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Spokane, Washington  Est. May 19, 1883
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Five run from Sydney café as hostage situation unfolds

Kristen Gelineau Associated Press

SYDNEY – Five people have fled from a Sydney cafe where a gunman took an unknown number of hostages at the height of this morning’s rush hour. Two people inside the cafe were earlier seen holding up a flag containing an Islamic declaration of faith.

The first development came six hours after the hostage crisis began, when three men were seen running from a fire exit of the Lindt Chocolat Cafe in downtown Sydney.

Shortly afterward, two women, one after another, sprinted from the cafe and into the arms of heavily armed police. Both were wearing aprons with the Lindt chocolate logo, indicating they were cafe employees.

“We do not have any information that suggests that anybody is harmed at this stage,” New South Wales police Deputy Commissioner Catherine Burn said, after the first three hostages had emerged.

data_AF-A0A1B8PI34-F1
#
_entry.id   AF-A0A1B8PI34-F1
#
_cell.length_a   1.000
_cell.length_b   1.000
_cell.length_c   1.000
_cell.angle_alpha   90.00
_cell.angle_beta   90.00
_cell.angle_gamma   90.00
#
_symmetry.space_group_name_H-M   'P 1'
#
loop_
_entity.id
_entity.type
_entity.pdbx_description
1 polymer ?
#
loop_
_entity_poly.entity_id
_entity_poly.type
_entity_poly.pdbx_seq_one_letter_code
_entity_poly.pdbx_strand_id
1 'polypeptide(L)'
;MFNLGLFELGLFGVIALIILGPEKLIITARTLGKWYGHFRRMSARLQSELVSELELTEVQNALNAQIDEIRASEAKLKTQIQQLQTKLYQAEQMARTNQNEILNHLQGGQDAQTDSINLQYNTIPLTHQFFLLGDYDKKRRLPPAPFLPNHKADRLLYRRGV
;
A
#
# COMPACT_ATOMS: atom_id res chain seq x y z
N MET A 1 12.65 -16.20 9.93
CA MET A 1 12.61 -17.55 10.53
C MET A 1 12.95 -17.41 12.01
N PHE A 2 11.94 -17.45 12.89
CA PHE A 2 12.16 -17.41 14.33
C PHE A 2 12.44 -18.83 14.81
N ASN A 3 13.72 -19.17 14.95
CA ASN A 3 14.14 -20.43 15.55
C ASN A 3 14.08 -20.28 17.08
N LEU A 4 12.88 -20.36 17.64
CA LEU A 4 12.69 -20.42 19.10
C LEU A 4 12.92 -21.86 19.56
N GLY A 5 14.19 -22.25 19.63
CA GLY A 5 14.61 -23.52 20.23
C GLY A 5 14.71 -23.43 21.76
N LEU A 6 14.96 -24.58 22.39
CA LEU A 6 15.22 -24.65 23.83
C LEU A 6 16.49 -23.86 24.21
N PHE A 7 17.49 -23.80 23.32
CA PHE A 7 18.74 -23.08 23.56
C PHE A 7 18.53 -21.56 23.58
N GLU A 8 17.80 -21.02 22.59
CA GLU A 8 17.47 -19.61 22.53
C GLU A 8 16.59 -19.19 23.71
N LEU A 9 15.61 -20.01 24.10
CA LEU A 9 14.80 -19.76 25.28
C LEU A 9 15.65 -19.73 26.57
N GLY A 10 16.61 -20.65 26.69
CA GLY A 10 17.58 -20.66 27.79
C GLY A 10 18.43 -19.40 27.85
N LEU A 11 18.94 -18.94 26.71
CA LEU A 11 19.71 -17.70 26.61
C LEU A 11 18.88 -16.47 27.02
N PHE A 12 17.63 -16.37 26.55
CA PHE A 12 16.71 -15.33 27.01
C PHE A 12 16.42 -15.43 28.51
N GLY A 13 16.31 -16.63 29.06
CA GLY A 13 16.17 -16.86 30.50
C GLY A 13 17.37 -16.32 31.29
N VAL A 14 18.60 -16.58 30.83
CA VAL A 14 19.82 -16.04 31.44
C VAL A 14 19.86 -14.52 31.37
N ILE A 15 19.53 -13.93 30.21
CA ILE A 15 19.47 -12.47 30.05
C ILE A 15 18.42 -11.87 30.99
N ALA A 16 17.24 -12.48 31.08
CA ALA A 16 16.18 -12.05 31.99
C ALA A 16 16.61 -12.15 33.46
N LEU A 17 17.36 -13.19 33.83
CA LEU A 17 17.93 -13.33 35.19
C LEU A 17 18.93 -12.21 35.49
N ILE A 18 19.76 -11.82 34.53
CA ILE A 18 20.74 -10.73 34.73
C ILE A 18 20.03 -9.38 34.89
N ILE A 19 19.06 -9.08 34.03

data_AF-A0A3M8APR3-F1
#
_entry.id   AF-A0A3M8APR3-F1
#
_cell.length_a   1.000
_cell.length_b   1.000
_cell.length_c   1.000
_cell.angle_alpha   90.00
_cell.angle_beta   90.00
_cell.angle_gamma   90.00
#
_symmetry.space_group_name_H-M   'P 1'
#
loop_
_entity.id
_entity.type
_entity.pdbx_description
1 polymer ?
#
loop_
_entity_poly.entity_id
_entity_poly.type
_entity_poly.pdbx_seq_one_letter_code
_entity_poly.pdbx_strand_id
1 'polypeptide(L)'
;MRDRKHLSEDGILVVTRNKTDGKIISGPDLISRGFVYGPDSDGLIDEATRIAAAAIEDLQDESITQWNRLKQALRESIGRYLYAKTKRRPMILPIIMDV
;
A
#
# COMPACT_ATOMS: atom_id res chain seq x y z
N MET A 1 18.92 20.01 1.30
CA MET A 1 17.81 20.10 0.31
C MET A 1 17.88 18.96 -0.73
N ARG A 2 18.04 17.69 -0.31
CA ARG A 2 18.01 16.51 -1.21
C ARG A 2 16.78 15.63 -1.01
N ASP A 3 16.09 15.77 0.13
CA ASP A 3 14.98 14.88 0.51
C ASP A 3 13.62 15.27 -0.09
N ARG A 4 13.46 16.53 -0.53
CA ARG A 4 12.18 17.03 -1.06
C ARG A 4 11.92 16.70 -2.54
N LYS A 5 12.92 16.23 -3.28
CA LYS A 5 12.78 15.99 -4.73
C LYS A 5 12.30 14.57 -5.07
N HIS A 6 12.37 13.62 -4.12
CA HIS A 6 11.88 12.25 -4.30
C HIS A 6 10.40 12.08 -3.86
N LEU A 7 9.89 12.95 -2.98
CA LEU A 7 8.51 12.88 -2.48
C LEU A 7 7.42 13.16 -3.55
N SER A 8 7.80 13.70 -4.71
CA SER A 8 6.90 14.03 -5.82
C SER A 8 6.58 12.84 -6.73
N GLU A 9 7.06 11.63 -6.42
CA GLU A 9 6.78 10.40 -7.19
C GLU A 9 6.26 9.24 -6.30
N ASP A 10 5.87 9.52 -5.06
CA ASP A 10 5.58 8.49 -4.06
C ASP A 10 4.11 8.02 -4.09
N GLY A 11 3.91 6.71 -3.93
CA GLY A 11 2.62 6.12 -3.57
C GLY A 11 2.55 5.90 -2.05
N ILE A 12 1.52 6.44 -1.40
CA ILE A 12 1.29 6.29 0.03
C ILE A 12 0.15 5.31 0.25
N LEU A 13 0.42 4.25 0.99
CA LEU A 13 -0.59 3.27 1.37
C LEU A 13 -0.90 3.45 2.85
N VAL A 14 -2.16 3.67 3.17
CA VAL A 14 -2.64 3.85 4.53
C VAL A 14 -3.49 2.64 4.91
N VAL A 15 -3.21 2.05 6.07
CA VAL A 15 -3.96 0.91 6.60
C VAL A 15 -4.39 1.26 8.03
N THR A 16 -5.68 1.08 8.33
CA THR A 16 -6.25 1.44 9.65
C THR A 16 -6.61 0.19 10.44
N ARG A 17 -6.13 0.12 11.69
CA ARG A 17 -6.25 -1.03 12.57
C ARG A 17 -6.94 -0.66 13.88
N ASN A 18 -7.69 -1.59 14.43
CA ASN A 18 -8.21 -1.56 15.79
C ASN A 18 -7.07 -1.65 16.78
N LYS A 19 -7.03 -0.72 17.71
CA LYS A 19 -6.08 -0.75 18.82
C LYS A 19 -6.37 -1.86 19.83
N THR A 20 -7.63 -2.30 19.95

It was not clear how many people remained inside the cafe, located at Martin Place, a plaza in the heart of the city’s financial and shopping district that is packed with holiday shoppers this time of year. Many of those inside the cafe would have been taken hostage as they stopped in for their morning coffees.

New South Wales state police Commissioner Andrew Scipione said police did not know the gunman’s motivation.

“We have not yet confirmed it is a terrorism-related event,” Scipione said. “We’re dealing with a hostage situation with an armed offender and we are dealing with it accordingly.”

Burn said police negotiators have made contact with the gunman.

Hundreds of police flooded into the area, streets were closed and offices evacuated. The public was told to stay away from Martin Place, home to the state premier’s office and the Reserve Bank of Australia and the headquarters of two of the nation’s largest banks. The state parliament house is a few blocks away.

Television footage shot through the cafe’s windows showed several people with their arms in the air and hands pressed against the glass, and two people holding up a black flag with the Shahada, or Islamic declaration of faith, written on it.

Associated Press writer Nick Perry in Wellington, New Zealand, contributed to this report.
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